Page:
May 6, 2013
Warren Buffett Wants Women In The Workplace

American business legend Warren Buffett thinks the nation’s “secret sauce” isn’t just one ingredient short—it’s missing half the recipe.

In his first-ever social interview and essay about women in the workplace, Buffett claims that as successful as America has been, it did so using just half the country’s talent. For the most part, women—“whatever their abilities”—have been underutilized, discriminated against and relegated to the sidelines.

Female leadership is a hot topic these days, with prominent executives like Marissa Mayer and Sheryl Sandberg making daily headlines. But these women aren’t the norm, as statistics confirm the majority of business leaders and managers are still men, and women represent just 16 percent of all directors at S&P companies (despite findings that women score higher in leadership competency).

Fortunately, barriers to women are beginning to break down, says Buffett. At his own company, Berkshire Hathaway, Buffett says he can’t afford to have any kind of discriminatory blacklist. “We’re not looking for big names,” he said, “We’re looking for big brains . . . It makes a great deal of a difference what kind of a person they are, but sex doesn’t make a difference.”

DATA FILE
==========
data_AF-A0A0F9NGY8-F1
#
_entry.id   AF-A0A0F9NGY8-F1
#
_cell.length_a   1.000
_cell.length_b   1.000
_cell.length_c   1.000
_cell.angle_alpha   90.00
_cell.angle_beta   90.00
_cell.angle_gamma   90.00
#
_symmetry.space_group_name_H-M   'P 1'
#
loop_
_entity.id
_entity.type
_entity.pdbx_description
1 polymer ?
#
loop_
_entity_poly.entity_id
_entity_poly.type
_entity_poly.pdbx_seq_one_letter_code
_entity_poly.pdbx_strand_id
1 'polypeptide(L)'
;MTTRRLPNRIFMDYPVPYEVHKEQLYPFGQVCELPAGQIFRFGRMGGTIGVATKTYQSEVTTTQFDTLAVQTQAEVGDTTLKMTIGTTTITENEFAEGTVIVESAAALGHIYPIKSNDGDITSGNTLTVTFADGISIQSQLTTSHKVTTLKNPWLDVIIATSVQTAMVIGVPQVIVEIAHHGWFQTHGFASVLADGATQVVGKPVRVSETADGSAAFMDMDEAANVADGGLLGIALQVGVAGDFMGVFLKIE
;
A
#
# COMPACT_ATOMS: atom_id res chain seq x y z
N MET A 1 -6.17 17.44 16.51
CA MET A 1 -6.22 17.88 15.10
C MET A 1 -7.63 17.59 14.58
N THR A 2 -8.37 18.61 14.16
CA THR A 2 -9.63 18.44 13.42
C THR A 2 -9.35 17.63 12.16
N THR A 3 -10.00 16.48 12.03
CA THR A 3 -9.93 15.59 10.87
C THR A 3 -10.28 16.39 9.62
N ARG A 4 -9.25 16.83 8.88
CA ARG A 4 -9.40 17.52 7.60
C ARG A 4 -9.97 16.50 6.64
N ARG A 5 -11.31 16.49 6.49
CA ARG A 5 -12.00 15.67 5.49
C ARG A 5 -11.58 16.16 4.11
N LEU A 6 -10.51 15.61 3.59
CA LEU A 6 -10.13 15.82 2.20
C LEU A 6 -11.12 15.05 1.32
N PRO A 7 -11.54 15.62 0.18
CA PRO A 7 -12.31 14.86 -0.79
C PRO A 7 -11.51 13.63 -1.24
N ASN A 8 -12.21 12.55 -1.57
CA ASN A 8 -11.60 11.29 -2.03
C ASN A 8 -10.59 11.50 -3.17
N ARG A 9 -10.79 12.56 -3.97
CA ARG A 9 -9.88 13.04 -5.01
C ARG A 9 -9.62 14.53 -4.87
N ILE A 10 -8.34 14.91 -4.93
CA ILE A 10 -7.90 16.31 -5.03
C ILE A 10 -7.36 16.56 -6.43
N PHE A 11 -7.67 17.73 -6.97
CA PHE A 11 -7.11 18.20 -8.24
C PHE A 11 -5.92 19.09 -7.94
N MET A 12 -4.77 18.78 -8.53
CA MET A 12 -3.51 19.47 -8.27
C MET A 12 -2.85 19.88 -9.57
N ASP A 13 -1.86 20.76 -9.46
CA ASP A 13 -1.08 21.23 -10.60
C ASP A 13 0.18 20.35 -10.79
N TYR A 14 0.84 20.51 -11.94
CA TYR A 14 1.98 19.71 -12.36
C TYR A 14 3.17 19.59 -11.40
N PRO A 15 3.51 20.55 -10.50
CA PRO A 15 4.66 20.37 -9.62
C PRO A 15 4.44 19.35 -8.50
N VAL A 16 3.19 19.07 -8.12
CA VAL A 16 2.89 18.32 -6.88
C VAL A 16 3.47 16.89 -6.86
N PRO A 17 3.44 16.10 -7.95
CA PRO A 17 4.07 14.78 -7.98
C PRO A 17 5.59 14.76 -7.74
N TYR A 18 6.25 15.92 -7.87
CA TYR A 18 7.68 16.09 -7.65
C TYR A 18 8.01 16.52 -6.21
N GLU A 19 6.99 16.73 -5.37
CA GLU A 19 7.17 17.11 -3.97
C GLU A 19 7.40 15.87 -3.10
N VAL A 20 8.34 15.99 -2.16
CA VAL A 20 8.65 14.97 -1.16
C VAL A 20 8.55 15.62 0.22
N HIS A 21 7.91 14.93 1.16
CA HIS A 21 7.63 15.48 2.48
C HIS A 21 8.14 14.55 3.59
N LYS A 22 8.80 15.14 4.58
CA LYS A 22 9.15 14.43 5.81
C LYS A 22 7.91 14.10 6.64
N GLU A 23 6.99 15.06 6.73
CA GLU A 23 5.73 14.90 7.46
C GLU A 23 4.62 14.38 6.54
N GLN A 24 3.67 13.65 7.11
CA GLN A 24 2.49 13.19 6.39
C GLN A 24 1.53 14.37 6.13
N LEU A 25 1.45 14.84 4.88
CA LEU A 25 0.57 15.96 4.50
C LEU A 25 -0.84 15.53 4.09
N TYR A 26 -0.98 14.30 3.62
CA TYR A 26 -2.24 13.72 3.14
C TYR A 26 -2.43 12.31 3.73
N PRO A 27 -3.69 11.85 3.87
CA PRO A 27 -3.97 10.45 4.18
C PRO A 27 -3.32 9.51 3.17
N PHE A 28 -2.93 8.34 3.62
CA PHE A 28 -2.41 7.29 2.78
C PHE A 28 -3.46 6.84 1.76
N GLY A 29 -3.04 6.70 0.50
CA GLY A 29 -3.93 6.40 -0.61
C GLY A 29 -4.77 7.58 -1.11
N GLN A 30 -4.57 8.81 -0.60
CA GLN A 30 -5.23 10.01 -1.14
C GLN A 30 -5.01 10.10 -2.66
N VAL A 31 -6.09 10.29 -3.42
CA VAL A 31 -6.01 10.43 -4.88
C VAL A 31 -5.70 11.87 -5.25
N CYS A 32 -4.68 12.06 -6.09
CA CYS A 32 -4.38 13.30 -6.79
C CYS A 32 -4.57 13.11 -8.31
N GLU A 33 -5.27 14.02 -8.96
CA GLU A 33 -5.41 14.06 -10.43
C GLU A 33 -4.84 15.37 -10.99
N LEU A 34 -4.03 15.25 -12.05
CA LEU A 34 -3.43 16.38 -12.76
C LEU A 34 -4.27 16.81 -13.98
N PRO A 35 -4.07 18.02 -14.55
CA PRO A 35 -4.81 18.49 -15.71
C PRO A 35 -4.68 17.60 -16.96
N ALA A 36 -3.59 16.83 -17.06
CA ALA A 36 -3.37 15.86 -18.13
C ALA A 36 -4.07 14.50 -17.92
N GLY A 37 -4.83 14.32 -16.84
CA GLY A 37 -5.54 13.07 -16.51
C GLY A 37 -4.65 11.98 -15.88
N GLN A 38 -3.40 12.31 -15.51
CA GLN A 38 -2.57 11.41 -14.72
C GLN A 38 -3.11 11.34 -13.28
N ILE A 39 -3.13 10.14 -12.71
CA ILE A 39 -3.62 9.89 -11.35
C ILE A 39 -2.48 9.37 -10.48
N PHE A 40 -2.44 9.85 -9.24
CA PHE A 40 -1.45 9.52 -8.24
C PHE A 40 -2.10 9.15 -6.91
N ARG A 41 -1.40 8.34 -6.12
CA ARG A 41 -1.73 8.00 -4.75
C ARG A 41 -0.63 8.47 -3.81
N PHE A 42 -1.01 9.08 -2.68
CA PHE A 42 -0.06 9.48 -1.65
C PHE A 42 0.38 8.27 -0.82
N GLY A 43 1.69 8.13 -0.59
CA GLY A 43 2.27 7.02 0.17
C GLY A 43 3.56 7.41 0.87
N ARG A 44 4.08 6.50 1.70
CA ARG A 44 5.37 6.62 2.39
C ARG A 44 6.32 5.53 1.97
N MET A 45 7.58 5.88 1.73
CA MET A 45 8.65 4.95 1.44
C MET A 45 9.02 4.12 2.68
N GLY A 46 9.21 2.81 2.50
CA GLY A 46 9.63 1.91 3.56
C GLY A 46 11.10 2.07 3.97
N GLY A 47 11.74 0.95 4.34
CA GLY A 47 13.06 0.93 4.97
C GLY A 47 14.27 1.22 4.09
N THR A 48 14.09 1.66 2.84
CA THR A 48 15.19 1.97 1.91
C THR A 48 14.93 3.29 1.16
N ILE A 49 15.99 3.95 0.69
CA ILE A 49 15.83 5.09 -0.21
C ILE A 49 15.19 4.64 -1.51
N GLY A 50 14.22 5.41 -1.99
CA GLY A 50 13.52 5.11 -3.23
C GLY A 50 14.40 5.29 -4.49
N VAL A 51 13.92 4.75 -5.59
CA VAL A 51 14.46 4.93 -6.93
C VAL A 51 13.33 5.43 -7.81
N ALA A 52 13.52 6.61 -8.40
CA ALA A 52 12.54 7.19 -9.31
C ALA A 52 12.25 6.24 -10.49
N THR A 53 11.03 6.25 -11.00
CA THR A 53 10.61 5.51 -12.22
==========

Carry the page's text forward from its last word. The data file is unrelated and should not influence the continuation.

Buffett reiterated that point when a young investment student in his interview audience asked how she could stand out and gain respect in the workplace. Buffett replied that work hard and a successful record would speak for itself. “[People] won’t care about your gender if they think you can make them a lot of money,” he said.

For women who want to work, Buffett hopes they go out and crush the remaining “funhouse mirrors” placed in front of them by society. Though many women choose to work in the home, Buffett is afraid remaining stigmatisms telling women they can’t run a business as well as a man can still be damaging for women, as well as American society and progress.

And to the men, Buffett assures that women in the workplace only helps males and businesses succeed even more. “Get onboard,” he said. “The closer that America comes to fully employing the talents of all its citizens, the greater its output of goods and services will be.”